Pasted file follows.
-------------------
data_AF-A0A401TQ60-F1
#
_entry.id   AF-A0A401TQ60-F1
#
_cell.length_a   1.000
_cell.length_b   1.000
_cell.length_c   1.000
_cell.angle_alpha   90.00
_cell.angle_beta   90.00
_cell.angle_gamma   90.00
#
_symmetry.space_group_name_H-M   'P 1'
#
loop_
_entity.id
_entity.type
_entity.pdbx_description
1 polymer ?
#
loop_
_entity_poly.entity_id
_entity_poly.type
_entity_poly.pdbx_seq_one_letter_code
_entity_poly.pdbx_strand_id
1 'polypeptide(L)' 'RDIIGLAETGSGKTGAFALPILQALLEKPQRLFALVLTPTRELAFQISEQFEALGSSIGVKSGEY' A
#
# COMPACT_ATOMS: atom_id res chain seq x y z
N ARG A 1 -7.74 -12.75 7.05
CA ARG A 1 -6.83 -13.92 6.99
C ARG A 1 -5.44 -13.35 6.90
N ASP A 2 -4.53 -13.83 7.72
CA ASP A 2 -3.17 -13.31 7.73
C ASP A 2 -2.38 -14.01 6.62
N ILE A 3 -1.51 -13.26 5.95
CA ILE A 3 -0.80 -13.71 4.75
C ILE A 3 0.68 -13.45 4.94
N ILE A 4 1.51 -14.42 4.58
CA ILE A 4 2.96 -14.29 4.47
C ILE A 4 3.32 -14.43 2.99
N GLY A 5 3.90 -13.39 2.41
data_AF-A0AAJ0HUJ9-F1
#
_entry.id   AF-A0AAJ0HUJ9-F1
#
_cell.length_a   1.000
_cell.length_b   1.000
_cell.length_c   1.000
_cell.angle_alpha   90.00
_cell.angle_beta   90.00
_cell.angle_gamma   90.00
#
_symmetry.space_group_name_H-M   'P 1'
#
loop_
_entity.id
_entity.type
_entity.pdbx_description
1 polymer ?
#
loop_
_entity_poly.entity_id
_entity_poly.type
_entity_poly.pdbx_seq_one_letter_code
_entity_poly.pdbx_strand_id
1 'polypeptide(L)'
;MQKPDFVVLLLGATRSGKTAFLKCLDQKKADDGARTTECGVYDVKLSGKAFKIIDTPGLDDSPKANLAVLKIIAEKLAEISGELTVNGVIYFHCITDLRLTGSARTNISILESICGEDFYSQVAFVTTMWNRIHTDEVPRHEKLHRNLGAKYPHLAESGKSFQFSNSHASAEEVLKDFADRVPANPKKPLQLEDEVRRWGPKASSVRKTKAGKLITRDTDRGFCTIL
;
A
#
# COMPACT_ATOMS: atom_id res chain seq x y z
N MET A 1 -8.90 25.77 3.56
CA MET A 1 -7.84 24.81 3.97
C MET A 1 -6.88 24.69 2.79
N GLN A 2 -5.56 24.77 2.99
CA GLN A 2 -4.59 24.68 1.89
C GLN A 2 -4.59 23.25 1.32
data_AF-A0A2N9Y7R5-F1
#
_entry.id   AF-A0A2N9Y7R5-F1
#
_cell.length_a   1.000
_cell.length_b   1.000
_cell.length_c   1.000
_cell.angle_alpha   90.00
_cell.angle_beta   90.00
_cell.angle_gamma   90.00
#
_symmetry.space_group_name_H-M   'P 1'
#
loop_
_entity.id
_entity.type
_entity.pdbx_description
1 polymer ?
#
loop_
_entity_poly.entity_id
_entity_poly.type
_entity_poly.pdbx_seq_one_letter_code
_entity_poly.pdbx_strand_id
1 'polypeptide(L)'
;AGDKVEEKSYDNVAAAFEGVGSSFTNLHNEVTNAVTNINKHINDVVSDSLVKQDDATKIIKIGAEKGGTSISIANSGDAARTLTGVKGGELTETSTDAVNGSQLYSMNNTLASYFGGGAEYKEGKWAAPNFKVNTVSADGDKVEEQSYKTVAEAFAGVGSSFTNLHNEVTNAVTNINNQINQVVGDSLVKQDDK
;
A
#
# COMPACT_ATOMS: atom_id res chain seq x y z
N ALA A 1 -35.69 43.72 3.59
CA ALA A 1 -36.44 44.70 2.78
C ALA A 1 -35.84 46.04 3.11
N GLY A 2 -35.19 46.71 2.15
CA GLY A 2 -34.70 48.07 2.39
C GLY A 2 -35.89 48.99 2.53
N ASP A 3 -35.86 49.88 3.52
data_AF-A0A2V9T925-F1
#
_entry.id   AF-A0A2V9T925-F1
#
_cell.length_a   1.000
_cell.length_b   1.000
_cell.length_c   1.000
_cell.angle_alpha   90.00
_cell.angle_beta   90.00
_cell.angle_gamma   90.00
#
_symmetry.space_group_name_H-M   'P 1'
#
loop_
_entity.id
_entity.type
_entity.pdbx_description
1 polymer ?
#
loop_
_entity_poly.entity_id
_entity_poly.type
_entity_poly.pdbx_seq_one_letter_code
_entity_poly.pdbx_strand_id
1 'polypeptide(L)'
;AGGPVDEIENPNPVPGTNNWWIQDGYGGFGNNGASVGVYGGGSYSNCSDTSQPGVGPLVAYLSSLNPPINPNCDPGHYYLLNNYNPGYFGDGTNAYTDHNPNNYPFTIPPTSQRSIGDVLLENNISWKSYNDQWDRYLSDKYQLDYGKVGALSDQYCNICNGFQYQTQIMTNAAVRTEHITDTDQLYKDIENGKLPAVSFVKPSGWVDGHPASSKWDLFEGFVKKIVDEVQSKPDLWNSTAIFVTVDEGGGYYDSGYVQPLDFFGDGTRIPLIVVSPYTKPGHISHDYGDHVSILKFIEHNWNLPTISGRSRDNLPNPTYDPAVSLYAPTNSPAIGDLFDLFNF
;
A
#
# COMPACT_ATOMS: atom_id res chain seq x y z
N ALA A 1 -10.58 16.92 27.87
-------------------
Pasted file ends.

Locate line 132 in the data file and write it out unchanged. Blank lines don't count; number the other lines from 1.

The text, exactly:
#